In a season of wild twists and turns for the Yankees, Jordan Montgomery has quietly been one of the few constants.
The left-handed doesn’t come in much flash, but he did provide plenty of substance, and he will look to do more of the same Sunday night as he begins a crucial series finale against the Red Sox at Fenway Park.
Director Aaron Boone said Saturday before Yankees win 5-3. “He is more physically mature, and he is more mature mentally and emotionally. He has benefited from the experience he has gained.”
Montgomery has allowed three or fewer runs in 23 of 28 starters this season, holding a 3.55 ERA at the end of Sunday’s series. Aside from a two-week absence in August after testing positive for COVID-19, the 28-year-old started every turn during the turn while becoming a steady presence on the hill.
For the course that had a lot of questions behind Gerrit Cole’s entry into the season, Montgomery provided a solid answer.
“I started to feel really comfortable just being there,” Montgomery said after his final start, after their 7-1 win over Rangers on September 21. I’m just trying to stay where I am.”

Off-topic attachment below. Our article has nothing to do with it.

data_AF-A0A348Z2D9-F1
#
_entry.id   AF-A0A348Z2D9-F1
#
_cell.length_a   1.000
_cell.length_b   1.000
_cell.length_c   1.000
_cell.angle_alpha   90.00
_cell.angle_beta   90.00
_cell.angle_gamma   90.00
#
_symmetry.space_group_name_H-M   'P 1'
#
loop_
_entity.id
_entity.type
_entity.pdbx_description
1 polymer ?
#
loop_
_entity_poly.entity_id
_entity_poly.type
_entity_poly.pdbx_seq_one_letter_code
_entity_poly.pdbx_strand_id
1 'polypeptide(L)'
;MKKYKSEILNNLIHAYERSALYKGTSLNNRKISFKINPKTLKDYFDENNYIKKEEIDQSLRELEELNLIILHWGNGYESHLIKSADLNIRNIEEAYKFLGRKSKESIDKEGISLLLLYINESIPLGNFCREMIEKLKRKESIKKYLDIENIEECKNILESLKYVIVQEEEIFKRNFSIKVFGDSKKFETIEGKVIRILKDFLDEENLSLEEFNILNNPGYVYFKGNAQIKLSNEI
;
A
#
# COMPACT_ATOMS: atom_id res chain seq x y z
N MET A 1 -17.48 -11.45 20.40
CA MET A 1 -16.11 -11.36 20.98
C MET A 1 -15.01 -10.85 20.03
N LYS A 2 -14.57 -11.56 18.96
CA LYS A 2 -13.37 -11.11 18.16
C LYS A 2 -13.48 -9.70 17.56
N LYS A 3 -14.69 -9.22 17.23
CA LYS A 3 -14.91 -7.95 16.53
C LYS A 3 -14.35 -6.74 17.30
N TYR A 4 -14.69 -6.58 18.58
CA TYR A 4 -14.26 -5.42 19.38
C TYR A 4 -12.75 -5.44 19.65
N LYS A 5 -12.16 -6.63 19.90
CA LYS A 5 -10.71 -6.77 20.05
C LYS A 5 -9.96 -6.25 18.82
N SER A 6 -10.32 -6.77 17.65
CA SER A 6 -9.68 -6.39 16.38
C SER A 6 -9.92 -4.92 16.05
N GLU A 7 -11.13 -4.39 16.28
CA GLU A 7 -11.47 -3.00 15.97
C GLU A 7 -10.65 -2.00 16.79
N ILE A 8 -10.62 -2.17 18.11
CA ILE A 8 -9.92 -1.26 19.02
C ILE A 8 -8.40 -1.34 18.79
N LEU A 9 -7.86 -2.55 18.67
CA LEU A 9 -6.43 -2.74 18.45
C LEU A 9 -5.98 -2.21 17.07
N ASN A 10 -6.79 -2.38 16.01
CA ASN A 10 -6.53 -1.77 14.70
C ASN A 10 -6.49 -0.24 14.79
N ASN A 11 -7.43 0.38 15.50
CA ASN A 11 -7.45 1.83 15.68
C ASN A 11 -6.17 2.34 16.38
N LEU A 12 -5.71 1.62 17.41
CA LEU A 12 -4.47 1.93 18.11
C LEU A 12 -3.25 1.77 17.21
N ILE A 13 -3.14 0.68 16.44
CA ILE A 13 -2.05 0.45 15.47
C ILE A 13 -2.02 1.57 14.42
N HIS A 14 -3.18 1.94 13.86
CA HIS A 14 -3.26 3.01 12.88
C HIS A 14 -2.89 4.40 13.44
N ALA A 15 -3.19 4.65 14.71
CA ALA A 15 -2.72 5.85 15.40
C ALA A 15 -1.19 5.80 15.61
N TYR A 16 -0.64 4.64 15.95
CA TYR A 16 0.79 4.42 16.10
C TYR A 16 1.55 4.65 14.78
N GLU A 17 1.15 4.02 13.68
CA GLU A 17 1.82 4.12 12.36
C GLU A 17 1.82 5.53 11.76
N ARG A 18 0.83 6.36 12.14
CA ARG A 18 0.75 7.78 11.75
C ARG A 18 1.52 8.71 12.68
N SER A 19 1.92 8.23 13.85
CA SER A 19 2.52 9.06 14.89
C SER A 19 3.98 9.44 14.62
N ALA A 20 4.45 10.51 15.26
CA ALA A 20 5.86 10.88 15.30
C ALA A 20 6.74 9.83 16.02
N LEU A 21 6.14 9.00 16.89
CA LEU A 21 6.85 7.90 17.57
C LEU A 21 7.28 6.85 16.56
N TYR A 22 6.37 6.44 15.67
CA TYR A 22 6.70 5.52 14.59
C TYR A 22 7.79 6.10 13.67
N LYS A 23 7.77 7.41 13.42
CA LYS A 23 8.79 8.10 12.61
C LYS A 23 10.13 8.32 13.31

Having had a rare clunker against the Mets on September 10, when he gave up seven runs (five win) over 3 rounds/₃, Montgomery responded by giving up only two rounds over 11 ¹/innings with 18 strikes against the Orioles and Rangers.
Sunday will present a bigger challenge against a better attack than his previous rivals, but Montgomery has been consistent against the Red Sox this season – posting a 3.63 ERA (nine runs in 22 ¹/₃ innings) across four starts.
Third on the Yankees with 3.7 wins over substitutions (per baseball reference) – just behind Gerrit Cole (5.8) and Aaron Judge (5.2) – Montgomery has a chance of making a career high in the innings on Sunday. He threw 155²/innings as a rookie in 2017, but after serving 75 combined rounds over the next three seasons, he has accumulated 149 innings/so far this season in another sign of his reliability.
“I think he understands himself and his musical repertoire,” Boone said. “I think he does a really good job of figuring out what works really well for him on a given day because he’s got guns. He’s got a fast ball, a cutter, a sinker and then a really good curveball. [and] change. He does a really good job navigating those first couple runs and figuring out what he was working on that day. It’s been a really good year for us.”
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